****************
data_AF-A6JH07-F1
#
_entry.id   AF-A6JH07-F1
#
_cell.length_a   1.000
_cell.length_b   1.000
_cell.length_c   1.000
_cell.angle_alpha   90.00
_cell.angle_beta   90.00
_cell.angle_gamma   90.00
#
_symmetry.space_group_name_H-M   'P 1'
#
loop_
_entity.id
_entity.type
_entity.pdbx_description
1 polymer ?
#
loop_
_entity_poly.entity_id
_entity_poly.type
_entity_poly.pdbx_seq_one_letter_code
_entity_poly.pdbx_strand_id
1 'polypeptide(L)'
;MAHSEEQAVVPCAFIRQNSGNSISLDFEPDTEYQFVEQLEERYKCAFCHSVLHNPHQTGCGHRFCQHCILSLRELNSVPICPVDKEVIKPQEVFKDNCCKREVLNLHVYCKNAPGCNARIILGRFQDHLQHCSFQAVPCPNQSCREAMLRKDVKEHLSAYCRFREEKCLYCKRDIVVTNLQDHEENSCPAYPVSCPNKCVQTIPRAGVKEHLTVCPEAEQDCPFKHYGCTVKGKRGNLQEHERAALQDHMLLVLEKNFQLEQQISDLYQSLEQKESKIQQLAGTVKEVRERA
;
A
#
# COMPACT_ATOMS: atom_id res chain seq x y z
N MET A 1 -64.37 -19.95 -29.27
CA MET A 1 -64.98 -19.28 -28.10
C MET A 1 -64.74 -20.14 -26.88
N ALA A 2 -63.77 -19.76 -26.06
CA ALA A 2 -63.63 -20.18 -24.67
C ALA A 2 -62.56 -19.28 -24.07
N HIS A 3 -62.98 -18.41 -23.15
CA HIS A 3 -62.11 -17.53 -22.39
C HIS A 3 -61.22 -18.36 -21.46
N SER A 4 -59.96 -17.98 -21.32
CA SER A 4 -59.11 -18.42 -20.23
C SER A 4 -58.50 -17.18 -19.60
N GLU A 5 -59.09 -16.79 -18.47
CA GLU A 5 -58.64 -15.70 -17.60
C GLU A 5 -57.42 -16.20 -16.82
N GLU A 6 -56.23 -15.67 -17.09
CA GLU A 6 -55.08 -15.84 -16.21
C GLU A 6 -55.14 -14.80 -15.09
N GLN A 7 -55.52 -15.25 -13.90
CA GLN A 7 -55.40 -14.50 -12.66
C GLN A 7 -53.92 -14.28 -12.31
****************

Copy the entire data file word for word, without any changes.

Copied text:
data_AF-A6JH07-F1
#
_entry.id   AF-A6JH07-F1
#
_cell.length_a   1.000
_cell.length_b   1.000
_cell.length_c   1.000
_cell.angle_alpha   90.00
_cell.angle_beta   90.00
_cell.angle_gamma   90.00
#
_symmetry.space_group_name_H-M   'P 1'
#
loop_
_entity.id
_entity.type
_entity.pdbx_description
1 polymer ?
#
loop_
_entity_poly.entity_id
_entity_poly.type
_entity_poly.pdbx_seq_one_letter_code
_entity_poly.pdbx_strand_id
1 'polypeptide(L)'
;MAHSEEQAVVPCAFIRQNSGNSISLDFEPDTEYQFVEQLEERYKCAFCHSVLHNPHQTGCGHRFCQHCILSLRELNSVPICPVDKEVIKPQEVFKDNCCKREVLNLHVYCKNAPGCNARIILGRFQDHLQHCSFQAVPCPNQSCREAMLRKDVKEHLSAYCRFREEKCLYCKRDIVVTNLQDHEENSCPAYPVSCPNKCVQTIPRAGVKEHLTVCPEAEQDCPFKHYGCTVKGKRGNLQEHERAALQDHMLLVLEKNFQLEQQISDLYQSLEQKESKIQQLAGTVKEVRERA
;
A
#
# COMPACT_ATOMS: atom_id res chain seq x y z
N MET A 1 -64.37 -19.95 -29.27
CA MET A 1 -64.98 -19.28 -28.10
C MET A 1 -64.74 -20.14 -26.88
N ALA A 2 -63.77 -19.76 -26.06
CA ALA A 2 -63.63 -20.18 -24.67
C ALA A 2 -62.56 -19.28 -24.07
N HIS A 3 -62.98 -18.41 -23.15
CA HIS A 3 -62.11 -17.53 -22.39
C HIS A 3 -61.22 -18.36 -21.46
N SER A 4 -59.96 -17.98 -21.32
CA SER A 4 -59.11 -18.42 -20.23
C SER A 4 -58.50 -17.18 -19.60
N GLU A 5 -59.09 -16.79 -18.47
CA GLU A 5 -58.64 -15.70 -17.60
C GLU A 5 -57.42 -16.20 -16.82
N GLU A 6 -56.23 -15.67 -17.09
CA GLU A 6 -55.08 -15.84 -16.21
C GLU A 6 -55.14 -14.80 -15.09
N GLN A 7 -55.52 -15.25 -13.90
CA GLN A 7 -55.40 -14.50 -12.66
C GLN A 7 -53.92 -14.28 -12.31